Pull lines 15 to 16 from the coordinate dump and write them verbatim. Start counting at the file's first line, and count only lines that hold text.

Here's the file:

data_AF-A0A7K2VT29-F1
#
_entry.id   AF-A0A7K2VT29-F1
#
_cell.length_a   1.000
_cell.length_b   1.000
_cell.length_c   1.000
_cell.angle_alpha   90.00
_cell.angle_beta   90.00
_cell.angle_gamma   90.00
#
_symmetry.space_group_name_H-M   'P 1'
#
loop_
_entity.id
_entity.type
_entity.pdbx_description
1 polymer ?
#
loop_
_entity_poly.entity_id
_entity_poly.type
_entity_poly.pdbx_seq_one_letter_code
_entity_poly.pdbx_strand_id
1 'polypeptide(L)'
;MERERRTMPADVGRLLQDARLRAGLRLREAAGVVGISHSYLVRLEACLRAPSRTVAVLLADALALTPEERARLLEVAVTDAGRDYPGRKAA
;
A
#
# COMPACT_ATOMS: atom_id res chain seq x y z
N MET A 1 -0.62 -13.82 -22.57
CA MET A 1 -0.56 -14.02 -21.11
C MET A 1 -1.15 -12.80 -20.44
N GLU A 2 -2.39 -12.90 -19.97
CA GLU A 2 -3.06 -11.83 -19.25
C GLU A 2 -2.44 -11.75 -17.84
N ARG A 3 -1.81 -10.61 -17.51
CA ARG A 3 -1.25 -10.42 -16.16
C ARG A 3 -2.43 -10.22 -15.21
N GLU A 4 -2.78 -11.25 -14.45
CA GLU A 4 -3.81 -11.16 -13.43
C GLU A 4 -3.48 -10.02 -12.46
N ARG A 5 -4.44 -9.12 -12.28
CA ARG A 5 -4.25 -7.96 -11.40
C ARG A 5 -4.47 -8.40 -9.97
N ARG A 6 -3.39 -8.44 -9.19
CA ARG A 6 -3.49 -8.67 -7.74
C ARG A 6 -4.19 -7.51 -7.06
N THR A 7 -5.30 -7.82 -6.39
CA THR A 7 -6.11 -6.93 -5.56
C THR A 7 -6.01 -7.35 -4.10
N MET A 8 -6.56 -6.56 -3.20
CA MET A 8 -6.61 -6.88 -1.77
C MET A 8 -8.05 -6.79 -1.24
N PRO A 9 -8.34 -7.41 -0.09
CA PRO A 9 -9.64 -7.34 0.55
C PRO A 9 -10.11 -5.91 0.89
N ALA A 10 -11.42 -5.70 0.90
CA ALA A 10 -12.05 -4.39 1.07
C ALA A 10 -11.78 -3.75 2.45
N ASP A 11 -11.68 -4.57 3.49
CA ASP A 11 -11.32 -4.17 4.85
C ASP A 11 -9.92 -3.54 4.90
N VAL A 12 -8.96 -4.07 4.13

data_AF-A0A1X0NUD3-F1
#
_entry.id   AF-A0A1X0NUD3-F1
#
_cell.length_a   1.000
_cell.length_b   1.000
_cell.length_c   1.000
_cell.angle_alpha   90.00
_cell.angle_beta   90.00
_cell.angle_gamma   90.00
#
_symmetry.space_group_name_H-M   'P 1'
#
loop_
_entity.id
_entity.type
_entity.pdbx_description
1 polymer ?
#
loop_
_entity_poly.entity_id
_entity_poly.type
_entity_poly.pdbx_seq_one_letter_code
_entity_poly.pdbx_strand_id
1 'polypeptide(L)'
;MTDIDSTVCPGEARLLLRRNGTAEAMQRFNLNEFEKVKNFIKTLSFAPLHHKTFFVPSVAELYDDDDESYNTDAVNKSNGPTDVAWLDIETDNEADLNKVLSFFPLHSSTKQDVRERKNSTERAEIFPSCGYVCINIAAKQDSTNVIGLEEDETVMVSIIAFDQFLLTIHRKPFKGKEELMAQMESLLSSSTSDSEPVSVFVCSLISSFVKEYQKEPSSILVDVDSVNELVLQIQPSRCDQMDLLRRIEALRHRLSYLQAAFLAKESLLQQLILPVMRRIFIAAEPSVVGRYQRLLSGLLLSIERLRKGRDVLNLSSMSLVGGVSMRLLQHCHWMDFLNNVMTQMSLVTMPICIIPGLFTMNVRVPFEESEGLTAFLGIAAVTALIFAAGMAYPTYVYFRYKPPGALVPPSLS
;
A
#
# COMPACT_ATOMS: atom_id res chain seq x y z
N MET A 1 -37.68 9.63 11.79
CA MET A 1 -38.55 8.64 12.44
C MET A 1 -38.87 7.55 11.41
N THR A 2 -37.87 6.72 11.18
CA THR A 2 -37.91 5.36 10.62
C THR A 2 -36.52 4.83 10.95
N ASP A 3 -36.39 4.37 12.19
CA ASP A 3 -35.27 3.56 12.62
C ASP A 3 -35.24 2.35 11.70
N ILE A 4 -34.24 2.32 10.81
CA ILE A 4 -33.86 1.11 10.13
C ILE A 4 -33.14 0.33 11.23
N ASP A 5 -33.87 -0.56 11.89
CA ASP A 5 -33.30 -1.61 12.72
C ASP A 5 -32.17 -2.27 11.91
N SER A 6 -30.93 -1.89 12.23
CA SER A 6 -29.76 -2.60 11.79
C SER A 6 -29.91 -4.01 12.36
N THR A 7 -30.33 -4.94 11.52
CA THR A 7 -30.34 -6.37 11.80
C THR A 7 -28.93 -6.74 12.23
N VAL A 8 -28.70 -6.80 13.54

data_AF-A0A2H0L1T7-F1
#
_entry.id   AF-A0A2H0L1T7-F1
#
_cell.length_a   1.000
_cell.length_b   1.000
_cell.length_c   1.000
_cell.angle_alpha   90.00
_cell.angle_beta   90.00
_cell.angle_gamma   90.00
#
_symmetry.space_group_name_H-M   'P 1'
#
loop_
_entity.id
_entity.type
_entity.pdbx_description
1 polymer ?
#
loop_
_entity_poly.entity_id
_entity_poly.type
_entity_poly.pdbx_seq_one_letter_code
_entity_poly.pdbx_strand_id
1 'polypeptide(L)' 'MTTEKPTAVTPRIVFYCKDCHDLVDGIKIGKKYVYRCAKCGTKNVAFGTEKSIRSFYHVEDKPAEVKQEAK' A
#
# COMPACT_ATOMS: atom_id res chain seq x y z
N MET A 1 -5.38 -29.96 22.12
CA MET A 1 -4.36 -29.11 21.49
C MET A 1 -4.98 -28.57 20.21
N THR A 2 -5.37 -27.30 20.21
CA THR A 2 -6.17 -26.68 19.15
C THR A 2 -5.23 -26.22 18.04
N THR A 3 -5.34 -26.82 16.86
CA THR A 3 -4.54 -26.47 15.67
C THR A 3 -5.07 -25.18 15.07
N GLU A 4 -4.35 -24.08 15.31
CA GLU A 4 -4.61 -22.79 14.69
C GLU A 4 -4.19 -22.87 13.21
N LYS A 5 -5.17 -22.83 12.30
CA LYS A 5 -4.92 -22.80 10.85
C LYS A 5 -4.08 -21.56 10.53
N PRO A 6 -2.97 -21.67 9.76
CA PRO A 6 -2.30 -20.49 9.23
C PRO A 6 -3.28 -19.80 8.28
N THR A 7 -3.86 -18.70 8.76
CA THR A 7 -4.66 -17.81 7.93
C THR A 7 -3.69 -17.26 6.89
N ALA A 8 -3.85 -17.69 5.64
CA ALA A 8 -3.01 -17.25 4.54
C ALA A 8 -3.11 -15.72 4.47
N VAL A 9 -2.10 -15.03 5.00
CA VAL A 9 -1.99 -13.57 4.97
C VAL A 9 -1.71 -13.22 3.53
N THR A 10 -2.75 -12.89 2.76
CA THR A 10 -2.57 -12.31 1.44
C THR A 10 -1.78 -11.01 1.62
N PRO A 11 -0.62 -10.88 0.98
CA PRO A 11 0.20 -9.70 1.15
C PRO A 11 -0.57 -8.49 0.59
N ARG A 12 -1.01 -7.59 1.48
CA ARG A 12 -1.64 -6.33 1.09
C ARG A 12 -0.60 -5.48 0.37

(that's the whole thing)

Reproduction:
_entity.id
_entity.type